Whatever. People are free to freak out any time they want. I’m out…

Just going to throw a plug out here for Saturday Morning App.

While the app assumes you’re going to combine sodium and carbs, for the most part I have them split.

Hydration goes in the hydro pack, carbs in solids, gels, and bottles. So I start with the reccomendation from that app, go with a weak version of Gu/Nuun tabs, augment the sodium with sodium citrate and use the app to help dial in the carbs/sodium coming from the rest of my ride fuel. I haven’t cramped since using the app, so it’s obvious that off the shelf stuff did NOT have enough sodium for me.


don’t stress about this!!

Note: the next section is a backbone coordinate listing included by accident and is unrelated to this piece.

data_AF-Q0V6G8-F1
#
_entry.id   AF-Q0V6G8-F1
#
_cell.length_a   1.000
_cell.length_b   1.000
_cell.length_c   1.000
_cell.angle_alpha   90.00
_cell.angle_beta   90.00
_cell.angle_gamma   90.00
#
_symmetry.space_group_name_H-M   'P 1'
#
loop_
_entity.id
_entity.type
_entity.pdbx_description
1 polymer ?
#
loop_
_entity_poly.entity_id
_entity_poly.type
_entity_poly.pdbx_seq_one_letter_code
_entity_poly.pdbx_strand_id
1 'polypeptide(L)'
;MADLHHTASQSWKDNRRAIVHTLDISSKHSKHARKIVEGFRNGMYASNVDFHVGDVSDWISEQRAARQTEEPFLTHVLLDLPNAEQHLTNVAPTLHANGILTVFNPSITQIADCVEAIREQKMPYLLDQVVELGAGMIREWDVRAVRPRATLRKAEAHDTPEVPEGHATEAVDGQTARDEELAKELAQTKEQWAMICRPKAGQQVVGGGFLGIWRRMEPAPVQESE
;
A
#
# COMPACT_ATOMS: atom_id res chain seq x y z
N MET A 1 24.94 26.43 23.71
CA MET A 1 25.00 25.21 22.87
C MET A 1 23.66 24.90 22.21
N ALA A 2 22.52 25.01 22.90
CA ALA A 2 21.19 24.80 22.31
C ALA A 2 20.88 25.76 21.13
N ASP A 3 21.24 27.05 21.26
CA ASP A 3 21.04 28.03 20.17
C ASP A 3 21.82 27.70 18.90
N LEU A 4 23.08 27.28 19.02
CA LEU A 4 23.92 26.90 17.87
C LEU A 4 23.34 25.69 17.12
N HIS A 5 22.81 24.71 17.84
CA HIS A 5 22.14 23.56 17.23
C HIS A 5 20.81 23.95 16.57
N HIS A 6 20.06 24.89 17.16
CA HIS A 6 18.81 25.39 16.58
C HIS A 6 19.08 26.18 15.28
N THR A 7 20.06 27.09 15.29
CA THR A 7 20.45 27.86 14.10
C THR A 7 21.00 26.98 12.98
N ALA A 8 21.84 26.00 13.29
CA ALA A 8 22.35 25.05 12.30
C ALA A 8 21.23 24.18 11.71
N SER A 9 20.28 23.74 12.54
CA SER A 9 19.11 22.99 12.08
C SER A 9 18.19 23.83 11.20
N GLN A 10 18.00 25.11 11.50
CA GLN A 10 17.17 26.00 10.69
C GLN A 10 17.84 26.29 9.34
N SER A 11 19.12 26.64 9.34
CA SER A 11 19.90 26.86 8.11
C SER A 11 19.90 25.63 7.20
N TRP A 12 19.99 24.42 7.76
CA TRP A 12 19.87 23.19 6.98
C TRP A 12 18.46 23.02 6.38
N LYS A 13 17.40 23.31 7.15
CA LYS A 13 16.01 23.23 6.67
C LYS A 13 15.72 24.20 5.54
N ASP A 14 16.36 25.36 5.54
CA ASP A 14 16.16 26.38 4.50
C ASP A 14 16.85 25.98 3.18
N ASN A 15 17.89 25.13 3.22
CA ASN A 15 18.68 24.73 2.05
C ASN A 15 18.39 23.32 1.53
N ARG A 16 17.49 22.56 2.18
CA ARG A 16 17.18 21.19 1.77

The Skratch Hydration Sport Drink Mix, as far as I can tell, has ‘0% potassium’. The only issue I have with their mix is it seems to have a larger amount of sodium than my trainer and doc is comfortable with, although I do use it on occasion. All potions, bars, and gels are a tradeoff between what you like and what you get. (Like ‘GU’, I can’t stomach it, but it seems to be a good system for many people. Hammer works for me, and I did flirt with Gatorade (BARF!) and generally stick mainly to water and maybe a banana or Luna Lemon snack size)

At one point Skratch had a ‘mango tangerine’, and a ‘tangerine mango’ mix. I guess you can have it both ways then?

Skratch 'Wellness Hydration Mix does have potassium 6%, and their High-sodium has 4%, according to the labels.

FWIW that’s why you have to consult a doctor. Sometimes the changes and discrepancies= in the numerical values may seem small, but might be significant. Or vice versa, the changes are “big”, but nothing to worry about.

But I wouldn’t do anything drastic unless your doc recommends it.